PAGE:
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Table 3: Plasma levels of markers of endothelial dysfunction in frequently relapsing nephrotic syndrome

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Association of endothelial markers to biochemical characteristics

Total cholesterol was correlated positively to PAI-1 (r = 0.643; P < 0.001), sTM (r = 0.531; P < 0.001), vWF (r = 0.265; P = 0.027), and Up: Uc (r = 0.577; P < 0.001) and negatively with serum albumin (r = −0.603; P < 0.001). Multiple regression analysis, using levels of PAI-1, sTM, vWF, spot Up: Uc, and serum albumin, to predict serum total cholesterol levels, indicated that the model explained 62% of the variance, and was a significant predictor of hypercholesterolemia (F (3, 50) =27.34; P < 0.001). Levels of sTM (β = 2.624; P < 0.001), Up: Uc (β = 7.629; P = 0.004), and serum albumin (β = −63.45;β < 0.001) contributed significantly to the model.

  Discussion Top

Endothelial dysfunction is deemed as the “risk of the risk factors.”[19] Specific atherogenic risk factors in patients of NS might result in endothelial dysfunction, which is associated with future cardiovascular events. Endothelial markers are released secondary to endothelial injury; hence, their increased levels are consistent with endothelial dysfunction.[20] Our study revealed that levels of vWF, sTM, and PAI-1 were significantly increased in patients with FRNS/SDNS and SRNS at diagnosis [Table 2]. Despite remission of disease, some endothelial markers continued to be high, indicating persistent risk of atherosclerosis.

Sharma et al. and Tkaczyk, et al. observed that the levels of vWF, sTM, and PAI-1 were elevated in patients with first episode of NS [18],[20] and that endothelial dysfunction was most pronounced in relapse. Arumugam et al. demonstrated increased plasma levels of endothelin-1 at onset of NS, indicating a proinflammatory and prothrombotic state of the endothelium.[20],[21] Endothelial dysfunction was demonstrated in FSGS patients by increased levels of endothelial markers, including vWF, circulating endothelial cells (CECs), soluble vascular cell adhesion molecule-1 (sVCAM-1), sTM, and soluble e-selectin. Patients with thromboembolism had raised levels of CECs and vWF than those without thromboembolism.[22] Zhang et al. reported increased levels of vWF and sTM and Malyszko et al. found higher levels of sTM in NS cases as compared to controls.[22],[23] Therefore, overwhelming evidence supports the role of endothelial dysfunction even at the onset of NS. However, previous studies have not examined endothelial dysfunction in children with FRNS/SDNS.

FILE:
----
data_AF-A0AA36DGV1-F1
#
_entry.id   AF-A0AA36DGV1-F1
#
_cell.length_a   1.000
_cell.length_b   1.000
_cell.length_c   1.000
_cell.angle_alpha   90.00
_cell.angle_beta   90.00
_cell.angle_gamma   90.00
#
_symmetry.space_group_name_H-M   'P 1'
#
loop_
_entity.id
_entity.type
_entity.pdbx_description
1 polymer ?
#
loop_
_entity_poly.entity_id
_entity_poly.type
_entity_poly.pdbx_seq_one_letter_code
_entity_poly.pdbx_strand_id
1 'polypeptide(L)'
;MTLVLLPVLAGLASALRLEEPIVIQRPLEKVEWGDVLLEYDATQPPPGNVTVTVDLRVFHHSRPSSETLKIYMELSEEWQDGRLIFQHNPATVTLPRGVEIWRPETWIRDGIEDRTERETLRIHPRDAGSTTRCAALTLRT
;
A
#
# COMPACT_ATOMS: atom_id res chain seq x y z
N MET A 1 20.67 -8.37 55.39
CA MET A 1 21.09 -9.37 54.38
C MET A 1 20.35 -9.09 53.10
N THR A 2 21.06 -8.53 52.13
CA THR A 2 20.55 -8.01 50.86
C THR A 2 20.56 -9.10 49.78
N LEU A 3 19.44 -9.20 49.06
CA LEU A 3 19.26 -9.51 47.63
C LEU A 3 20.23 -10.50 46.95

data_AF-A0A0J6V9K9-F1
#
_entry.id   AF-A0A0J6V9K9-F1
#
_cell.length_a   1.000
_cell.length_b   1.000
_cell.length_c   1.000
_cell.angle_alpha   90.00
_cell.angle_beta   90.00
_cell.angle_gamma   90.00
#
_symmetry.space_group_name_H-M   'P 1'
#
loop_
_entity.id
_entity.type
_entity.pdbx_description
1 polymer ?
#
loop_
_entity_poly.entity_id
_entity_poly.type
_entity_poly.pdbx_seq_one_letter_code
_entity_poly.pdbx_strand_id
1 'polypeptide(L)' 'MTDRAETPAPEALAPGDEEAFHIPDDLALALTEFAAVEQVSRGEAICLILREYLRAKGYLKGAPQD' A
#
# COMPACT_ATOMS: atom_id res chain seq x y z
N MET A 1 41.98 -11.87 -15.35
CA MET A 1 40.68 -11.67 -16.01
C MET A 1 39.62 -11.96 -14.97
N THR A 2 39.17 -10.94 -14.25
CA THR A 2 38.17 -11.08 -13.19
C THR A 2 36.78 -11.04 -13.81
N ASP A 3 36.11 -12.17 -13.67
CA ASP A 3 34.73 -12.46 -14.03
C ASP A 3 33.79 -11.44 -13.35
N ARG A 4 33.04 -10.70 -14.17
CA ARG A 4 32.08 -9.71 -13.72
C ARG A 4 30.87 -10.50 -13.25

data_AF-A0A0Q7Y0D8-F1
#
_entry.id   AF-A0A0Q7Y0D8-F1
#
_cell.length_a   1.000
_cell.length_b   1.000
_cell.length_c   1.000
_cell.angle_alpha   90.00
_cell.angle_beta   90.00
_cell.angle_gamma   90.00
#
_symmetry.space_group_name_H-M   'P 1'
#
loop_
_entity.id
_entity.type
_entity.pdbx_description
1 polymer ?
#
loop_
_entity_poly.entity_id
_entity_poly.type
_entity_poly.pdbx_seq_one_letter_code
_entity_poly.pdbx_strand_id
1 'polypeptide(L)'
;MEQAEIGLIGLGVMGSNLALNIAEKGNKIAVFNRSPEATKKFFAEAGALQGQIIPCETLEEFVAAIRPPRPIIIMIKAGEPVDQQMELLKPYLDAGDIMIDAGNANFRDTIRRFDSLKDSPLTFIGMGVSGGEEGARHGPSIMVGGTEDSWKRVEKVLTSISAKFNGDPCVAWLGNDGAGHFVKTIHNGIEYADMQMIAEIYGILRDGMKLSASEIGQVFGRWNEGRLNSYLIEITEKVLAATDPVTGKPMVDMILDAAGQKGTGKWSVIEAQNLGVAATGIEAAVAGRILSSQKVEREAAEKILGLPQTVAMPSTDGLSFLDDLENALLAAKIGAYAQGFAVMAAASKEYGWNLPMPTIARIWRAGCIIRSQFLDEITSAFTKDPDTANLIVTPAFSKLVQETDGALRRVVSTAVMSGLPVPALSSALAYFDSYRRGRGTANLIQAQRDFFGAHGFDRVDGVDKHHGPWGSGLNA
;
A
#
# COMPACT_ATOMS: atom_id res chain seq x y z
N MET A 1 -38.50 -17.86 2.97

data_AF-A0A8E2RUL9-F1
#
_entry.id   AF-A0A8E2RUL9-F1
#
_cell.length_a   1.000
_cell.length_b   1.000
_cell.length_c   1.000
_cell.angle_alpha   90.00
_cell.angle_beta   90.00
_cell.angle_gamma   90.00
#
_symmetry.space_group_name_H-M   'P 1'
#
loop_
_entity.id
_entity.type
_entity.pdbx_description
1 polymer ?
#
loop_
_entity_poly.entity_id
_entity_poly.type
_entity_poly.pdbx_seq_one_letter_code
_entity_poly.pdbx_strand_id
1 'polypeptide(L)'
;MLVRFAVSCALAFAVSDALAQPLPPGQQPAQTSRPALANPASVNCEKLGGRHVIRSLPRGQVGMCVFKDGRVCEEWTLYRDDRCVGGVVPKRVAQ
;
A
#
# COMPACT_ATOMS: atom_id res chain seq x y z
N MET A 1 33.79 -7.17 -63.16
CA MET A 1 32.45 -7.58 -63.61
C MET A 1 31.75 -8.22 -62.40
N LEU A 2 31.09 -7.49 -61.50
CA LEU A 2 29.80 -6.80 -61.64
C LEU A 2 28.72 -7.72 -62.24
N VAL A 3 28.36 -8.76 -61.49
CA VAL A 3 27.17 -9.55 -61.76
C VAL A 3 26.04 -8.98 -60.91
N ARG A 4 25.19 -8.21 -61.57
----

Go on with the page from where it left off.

Previous reports of endothelial injury at onset of NS improved during remission.[20],[24] Our study showed that the markers of endothelial dysfunction were significantly elevated in patients with FRNS/SDNS at diagnosis and the levels declined with remission, except vWF which continued to be elevated at 6 months of steroid therapy. This suggests that some amount of endothelial damage persists even at remission. As vWF is deemed a marker of endothelial activation, its persistent high levels indicate a chronic activation of the endothelium in patients with FRNS/SDNS.[25] Plausible mechanisms for its elevation in patients with FRNS/SDNS and SRNS are unremitting proteinuria, chronic exposure to steroids, and persistent hypoalbuminemia. These results are consistent with observations by Tkaczyk et al., who found that the endothelial markers sTM and PAI-1 decreased gradually over several months, but vWF activity increased in patients with NS, regardless of disease stage.[20] Sharma et al. illustrated that the levels of endothelial dysfunction markers fall after 12 weeks of remission of first episode of NS.[18] Zhang et al. showed that adults with FSGS have high levels of CECs, vascular cell adhesion molecule (VCAM-1), and sTM, that decline significantly after nonsteroidal immunosuppressive therapy, but vWF and sVCAM-1 persisted at high levels for a year despite complete remission.[22] In our study, we found significantly higher levels of vWF, sTM, and PAI-1 in patients with SRNS as compared to controls, and significantly elevated levels of vWF in patients with SRNS as compared to those with FRNS/SDNS, indicating an increased risk of endothelial injury in patients with steroid resistance as compared to steroid sensitive NS, suggesting a higher risk of accelerated atherosclerosis and perfusion abnormalities. Findings of the present work are consistent with our previous study, which found that the levels of tPA, vWF, and sTM were significantly raised in patients with SRNS compared to infrequently relapsing steroid sensitive NS.[18]